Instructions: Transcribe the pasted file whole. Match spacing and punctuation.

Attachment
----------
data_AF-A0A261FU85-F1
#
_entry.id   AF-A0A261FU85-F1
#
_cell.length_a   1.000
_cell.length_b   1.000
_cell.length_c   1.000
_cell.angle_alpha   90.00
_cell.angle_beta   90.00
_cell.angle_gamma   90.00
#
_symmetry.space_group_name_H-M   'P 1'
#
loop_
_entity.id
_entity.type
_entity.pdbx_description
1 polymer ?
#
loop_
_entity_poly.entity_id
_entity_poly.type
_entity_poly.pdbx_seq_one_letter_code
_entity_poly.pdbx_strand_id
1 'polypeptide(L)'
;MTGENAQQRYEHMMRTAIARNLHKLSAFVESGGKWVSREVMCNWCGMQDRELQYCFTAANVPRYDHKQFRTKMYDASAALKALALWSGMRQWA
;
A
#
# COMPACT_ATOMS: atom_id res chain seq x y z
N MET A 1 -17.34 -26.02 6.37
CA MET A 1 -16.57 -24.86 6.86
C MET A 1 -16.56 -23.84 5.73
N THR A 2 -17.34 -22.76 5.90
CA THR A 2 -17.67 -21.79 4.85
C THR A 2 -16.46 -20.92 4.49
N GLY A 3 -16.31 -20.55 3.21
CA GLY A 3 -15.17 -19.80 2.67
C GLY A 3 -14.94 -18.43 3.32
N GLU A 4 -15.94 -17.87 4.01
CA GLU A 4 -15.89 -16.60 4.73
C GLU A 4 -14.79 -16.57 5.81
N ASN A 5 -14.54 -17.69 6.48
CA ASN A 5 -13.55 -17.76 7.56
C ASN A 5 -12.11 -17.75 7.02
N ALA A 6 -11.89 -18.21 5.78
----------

data_AF-A0A261FU85-F1
#
_entry.id   AF-A0A261FU85-F1
#
_cell.length_a   1.000
_cell.length_b   1.000
_cell.length_c   1.000
_cell.angle_alpha   90.00
_cell.angle_beta   90.00
_cell.angle_gamma   90.00
#
_symmetry.space_group_name_H-M   'P 1'
#
loop_
_entity.id
_entity.type
_entity.pdbx_description
1 polymer ?
#
loop_
_entity_poly.entity_id
_entity_poly.type
_entity_poly.pdbx_seq_one_letter_code
_entity_poly.pdbx_strand_id
1 'polypeptide(L)'
;MTGENAQQRYEHMMRTAIARNLHKLSAFVESGGKWVSREVMCNWCGMQDRELQYCFTAANVPRYDHKQFRTKMYDASAALKALALWSGMRQWA
;
A
#
# COMPACT_ATOMS: atom_id res chain seq x y z
N MET A 1 -17.34 -26.02 6.37
CA MET A 1 -16.57 -24.86 6.86
C MET A 1 -16.56 -23.84 5.73
N THR A 2 -17.34 -22.76 5.90
CA THR A 2 -17.67 -21.79 4.85
C THR A 2 -16.46 -20.92 4.49
N GLY A 3 -16.31 -20.55 3.21
CA GLY A 3 -15.17 -19.80 2.67
C GLY A 3 -14.94 -18.43 3.32
N GLU A 4 -15.94 -17.87 4.01
CA GLU A 4 -15.89 -16.60 4.73
C GLU A 4 -14.79 -16.57 5.81
N ASN A 5 -14.54 -17.69 6.48
CA ASN A 5 -13.55 -17.76 7.56
C ASN A 5 -12.11 -17.75 7.02
N ALA A 6 -11.89 -18.21 5.78